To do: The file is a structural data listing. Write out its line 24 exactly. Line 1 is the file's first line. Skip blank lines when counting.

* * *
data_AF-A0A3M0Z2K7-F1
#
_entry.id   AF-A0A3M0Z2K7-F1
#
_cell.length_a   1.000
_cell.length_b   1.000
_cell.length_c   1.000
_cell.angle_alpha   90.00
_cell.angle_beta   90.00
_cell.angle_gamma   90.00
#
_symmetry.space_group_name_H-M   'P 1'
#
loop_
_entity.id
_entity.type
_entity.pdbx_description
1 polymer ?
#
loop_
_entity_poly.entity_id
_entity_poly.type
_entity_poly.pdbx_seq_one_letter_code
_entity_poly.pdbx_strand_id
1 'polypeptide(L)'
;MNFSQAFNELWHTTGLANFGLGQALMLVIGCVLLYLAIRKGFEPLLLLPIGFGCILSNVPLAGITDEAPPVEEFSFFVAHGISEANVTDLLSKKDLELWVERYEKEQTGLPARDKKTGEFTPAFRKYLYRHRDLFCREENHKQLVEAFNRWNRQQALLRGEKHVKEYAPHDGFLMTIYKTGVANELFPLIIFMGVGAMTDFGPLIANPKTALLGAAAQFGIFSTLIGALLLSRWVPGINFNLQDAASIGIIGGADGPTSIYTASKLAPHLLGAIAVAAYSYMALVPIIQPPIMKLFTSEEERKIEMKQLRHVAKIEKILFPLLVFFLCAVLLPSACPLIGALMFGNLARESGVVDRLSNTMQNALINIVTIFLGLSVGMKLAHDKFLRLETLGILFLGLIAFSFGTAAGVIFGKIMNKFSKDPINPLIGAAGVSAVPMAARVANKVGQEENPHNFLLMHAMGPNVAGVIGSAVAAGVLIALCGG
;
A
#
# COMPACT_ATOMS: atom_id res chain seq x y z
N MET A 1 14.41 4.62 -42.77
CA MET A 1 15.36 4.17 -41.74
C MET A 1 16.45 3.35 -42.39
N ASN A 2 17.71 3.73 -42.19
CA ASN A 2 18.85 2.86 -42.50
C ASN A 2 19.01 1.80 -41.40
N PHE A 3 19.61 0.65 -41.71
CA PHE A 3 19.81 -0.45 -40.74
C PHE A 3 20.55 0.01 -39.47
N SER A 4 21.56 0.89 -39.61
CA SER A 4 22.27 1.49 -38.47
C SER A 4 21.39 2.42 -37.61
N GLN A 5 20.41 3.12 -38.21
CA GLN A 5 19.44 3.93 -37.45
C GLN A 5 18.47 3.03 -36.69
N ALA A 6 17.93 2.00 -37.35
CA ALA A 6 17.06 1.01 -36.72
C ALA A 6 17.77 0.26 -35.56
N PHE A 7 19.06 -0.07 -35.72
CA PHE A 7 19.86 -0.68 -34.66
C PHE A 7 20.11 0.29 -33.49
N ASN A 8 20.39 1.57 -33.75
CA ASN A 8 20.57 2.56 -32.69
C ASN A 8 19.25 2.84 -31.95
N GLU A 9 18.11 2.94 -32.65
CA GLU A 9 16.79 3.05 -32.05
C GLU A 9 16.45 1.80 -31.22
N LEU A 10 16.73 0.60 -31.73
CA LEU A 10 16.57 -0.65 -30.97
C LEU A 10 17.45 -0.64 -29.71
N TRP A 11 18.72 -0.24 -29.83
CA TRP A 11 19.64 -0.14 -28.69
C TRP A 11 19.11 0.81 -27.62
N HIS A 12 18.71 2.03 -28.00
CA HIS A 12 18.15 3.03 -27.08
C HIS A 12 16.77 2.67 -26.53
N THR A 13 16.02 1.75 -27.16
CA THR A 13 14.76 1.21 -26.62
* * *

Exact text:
_entity_poly.pdbx_strand_id